Between stubbed toes, papercuts, and whacked funny bones, it’s safe to say we’ve all experienced pain at some time or another. But bumps and bruises are different from the kind of pain that disrupts your lifestyle. That’s something chronic pain is known for.
Chronic pain is defined as persistent pain lasting for three or more months.
In a 2021 survey, which included results from 2,063 adults in the US, half of participants reported they were currently dealing with chronic pain. And a whopping 73% reported being in pain every day.(1)
These numbers are much higher than reported pre-pandemic pain rates of around 20%.(2)
The survey also found that cannabis, including the cannabinoid CBD, is increasing in popularity for pain management among certain demographics.
If you’re considering any form of cannabis to manage chronic pain, you’re in the right place. We’re running down the facts and figures about pain and exploring cannabis as a remedy.
Some other tidbits from the 2021 survey you might find interesting: How common chronic pain is varies based on age — but not how you might think. So do pain management techniques — including how likely people are to try CBD and cannabis.
Young folks often hear they have lots of aches and pains to look forward to when they get older, but these numbers tell a different story.
According to the survey, 65% of adults aged 18-34 reported chronic pain, while 52% of adults over age 35 reported chronic pain.
There are two main pathways for pain therapy: pharmacological (drug) and non-pharmacological (non-drug). Pain treatment plans usually involve a combination of both, like pairing massage therapy with a pain reliever.
Most people surveyed said they were interested in non-pharma approaches like diet changes and exercise. But over-the-counter pain relievers are by far the most common treatment people reach for when they’re in pain — 53% of survey participants reported using them.
What’s next in line on the pharmacological side? Cannabis.
Overall, people are embracing CBD and other forms of cannabis even more than prescription pain relievers (16% cannabis vs 11% non-opioid pain relievers).
You probably won’t be surprised to learn the generational divide trend continues when it comes to cannabis. Adults aged 18-44 are twice as likely to use it for pain as people aged 45 and over.
So, what’s the deal with this rising pain management star? Should you consider cannabis for your post-pandemic pain management toolkit?
Let’s weed through the facts.
The secret to the pain easing properties of cannabis lies in its cannabinoids, which interact with the body’s endocannabinoid system (ECS). The ECS communicates with other systems to help lower inflammation and reduce pain levels.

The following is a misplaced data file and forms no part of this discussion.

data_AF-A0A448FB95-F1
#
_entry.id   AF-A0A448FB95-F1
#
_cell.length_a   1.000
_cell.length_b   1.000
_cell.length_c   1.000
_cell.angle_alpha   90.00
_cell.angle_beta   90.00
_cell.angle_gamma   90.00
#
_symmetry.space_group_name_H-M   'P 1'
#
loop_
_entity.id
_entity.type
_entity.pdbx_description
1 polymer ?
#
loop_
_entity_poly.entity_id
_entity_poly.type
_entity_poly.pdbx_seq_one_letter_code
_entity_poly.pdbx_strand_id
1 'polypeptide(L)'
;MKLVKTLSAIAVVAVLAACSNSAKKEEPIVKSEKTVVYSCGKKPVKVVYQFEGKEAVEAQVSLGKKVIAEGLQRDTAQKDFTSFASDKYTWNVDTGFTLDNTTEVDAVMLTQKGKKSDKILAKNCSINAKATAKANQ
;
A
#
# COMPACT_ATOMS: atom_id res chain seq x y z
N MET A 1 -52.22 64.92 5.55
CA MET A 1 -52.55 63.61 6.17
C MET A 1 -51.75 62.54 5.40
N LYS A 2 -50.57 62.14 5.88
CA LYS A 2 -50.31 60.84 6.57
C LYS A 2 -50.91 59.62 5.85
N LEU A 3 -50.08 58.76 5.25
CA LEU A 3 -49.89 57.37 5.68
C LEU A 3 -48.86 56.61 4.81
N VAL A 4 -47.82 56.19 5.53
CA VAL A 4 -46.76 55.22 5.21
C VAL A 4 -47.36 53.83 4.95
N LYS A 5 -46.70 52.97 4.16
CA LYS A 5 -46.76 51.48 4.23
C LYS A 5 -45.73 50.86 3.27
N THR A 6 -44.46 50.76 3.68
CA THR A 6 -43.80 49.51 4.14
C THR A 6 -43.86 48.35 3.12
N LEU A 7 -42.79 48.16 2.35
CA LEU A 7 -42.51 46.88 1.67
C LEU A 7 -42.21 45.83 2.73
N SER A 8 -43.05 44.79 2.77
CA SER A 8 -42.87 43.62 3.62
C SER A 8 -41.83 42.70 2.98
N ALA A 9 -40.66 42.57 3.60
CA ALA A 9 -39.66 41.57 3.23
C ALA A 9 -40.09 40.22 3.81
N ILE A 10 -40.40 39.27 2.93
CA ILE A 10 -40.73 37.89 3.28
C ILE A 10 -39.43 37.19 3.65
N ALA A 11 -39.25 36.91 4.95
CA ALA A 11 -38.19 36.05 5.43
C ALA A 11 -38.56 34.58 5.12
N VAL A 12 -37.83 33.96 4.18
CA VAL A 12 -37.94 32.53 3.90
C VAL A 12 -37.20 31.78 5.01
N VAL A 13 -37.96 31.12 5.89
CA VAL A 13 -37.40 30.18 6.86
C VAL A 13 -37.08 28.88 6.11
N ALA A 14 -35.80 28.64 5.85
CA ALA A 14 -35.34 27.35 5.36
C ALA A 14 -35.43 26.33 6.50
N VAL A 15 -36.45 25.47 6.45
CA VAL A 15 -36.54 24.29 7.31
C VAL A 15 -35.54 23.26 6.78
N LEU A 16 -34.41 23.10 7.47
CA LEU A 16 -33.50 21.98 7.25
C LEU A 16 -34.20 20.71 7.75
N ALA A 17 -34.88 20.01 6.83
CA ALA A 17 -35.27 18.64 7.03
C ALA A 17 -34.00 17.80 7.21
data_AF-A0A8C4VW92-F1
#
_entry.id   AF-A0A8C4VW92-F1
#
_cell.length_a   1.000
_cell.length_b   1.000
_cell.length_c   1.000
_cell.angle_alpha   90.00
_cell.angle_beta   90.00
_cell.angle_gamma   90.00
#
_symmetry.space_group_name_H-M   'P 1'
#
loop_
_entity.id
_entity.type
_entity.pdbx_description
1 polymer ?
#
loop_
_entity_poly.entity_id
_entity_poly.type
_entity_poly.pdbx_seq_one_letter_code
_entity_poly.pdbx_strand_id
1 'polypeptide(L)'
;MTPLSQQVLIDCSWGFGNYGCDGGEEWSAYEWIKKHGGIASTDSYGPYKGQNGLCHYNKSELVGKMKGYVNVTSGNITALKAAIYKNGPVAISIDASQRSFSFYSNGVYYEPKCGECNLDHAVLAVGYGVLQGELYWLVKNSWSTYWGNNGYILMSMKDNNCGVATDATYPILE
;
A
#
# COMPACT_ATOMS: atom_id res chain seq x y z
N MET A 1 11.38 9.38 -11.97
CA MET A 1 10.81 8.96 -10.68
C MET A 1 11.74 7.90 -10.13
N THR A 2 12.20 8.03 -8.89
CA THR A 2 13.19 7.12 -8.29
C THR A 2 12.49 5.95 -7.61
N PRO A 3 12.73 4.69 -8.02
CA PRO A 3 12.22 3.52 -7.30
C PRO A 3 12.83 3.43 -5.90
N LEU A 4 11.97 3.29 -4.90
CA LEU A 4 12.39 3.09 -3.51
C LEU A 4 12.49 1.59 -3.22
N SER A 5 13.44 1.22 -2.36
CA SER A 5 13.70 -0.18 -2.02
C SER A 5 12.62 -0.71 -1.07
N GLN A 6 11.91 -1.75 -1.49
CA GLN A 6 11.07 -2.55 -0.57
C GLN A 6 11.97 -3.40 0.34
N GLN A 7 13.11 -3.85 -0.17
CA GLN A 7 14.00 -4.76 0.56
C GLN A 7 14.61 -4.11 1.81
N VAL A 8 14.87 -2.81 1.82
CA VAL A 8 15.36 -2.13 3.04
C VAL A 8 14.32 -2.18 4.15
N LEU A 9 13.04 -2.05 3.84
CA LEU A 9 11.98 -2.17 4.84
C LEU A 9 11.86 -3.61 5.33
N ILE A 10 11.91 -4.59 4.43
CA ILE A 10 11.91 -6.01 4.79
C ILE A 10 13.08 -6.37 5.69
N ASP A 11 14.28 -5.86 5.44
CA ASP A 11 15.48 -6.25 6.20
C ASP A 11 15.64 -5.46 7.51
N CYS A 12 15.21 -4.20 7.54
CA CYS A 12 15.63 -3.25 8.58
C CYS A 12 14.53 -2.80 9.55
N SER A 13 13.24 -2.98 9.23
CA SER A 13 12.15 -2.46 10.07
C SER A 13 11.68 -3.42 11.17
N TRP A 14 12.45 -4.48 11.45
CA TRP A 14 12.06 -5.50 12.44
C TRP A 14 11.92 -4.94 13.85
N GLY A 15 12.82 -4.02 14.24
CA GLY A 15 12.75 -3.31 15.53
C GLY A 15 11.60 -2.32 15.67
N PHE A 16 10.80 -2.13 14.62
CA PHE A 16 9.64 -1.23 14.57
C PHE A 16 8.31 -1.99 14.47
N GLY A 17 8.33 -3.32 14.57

Cannabinoids have also shown to be helpful for pain without a known cause, such as low back pain.(6)
If you want to learn more about the ECS, addWhat Is The Endocannabinoid System? to your to be read list.
You’ve likely heard of two very popular cannabinoids: THC and CBD.
THC is the main cannabinoid in marijuana that causes a high.
CBD is abundant in hemp and doesn’t have THC’s psychoactive properties.
You may have also heard of another form of THC called delta-8-THC (aka D8), which is climbing up the favorite cannabinoid charts. Its psychoactive effects are less intense than marijuana, which some folks find more appealing.
There are hundreds of cannabinoids, but CBD or THC (including D8) are the pain-busting superstars.
Everyone processes cannabinoids differently, so the best cannabinoid(s) for managing your pain may be different from your neighbor. That said, there are a few ways that CBD, THC, and D8 could be a boon to your pain management plan.
If you’re thinking about adding cannabis to your pain-relieving repertoire, we recommend reading How To Safely Use CBD With Your Medical Treatment Plan.
“As needed” is one approach to using cannabis for pain relief. In these cases, cannabis is used when the pain sets in, kind of like taking an over-the-counter or prescription pain reliever when you need it.
This might look like rubbing some topical CBD cream on an aching back, chewing a D8 gummy to counter a headache, or smoking a joint when an old injury flares up.
Tackling pain as it comes up could be enough. If it’s not, a pain management strategy might be needed.